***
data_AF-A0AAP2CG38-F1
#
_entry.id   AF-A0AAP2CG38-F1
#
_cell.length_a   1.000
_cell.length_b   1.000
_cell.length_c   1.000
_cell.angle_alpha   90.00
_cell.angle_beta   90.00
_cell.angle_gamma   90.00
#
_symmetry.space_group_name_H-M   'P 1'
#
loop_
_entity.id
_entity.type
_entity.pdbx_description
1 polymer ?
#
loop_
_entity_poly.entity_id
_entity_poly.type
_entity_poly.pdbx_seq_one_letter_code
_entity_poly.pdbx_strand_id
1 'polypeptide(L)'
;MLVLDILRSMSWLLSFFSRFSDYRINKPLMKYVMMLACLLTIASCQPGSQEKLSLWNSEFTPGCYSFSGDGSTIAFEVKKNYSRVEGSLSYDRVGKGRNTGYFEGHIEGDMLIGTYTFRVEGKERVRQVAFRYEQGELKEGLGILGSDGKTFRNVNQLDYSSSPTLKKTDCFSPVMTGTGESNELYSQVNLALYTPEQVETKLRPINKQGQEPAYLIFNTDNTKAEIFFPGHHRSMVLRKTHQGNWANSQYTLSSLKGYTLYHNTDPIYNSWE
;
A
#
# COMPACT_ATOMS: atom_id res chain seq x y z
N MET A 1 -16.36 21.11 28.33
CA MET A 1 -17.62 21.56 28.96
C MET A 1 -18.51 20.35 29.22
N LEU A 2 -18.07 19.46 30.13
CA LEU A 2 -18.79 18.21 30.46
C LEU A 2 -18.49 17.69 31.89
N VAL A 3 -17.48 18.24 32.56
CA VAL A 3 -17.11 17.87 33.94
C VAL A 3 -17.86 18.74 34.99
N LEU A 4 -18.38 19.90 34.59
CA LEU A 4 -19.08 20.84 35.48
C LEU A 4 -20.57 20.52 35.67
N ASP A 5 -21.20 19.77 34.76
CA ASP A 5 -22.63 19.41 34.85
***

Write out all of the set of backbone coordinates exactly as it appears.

data_AF-A0AAP2CG38-F1
#
_entry.id   AF-A0AAP2CG38-F1
#
_cell.length_a   1.000
_cell.length_b   1.000
_cell.length_c   1.000
_cell.angle_alpha   90.00
_cell.angle_beta   90.00
_cell.angle_gamma   90.00
#
_symmetry.space_group_name_H-M   'P 1'
#
loop_
_entity.id
_entity.type
_entity.pdbx_description
1 polymer ?
#
loop_
_entity_poly.entity_id
_entity_poly.type
_entity_poly.pdbx_seq_one_letter_code
_entity_poly.pdbx_strand_id
1 'polypeptide(L)'
;MLVLDILRSMSWLLSFFSRFSDYRINKPLMKYVMMLACLLTIASCQPGSQEKLSLWNSEFTPGCYSFSGDGSTIAFEVKKNYSRVEGSLSYDRVGKGRNTGYFEGHIEGDMLIGTYTFRVEGKERVRQVAFRYEQGELKEGLGILGSDGKTFRNVNQLDYSSSPTLKKTDCFSPVMTGTGESNELYSQVNLALYTPEQVETKLRPINKQGQEPAYLIFNTDNTKAEIFFPGHHRSMVLRKTHQGNWANSQYTLSSLKGYTLYHNTDPIYNSWE
;
A
#
# COMPACT_ATOMS: atom_id res chain seq x y z
N MET A 1 -16.36 21.11 28.33
CA MET A 1 -17.62 21.56 28.96
C MET A 1 -18.51 20.35 29.22
N LEU A 2 -18.07 19.46 30.13
CA LEU A 2 -18.79 18.21 30.46
C LEU A 2 -18.49 17.69 31.89
N VAL A 3 -17.48 18.24 32.56
CA VAL A 3 -17.11 17.87 33.94
C VAL A 3 -17.86 18.74 34.99
N LEU A 4 -18.38 19.90 34.59
CA LEU A 4 -19.08 20.84 35.48
C LEU A 4 -20.57 20.52 35.67
N ASP A 5 -21.20 19.77 34.76
CA ASP A 5 -22.63 19.41 34.85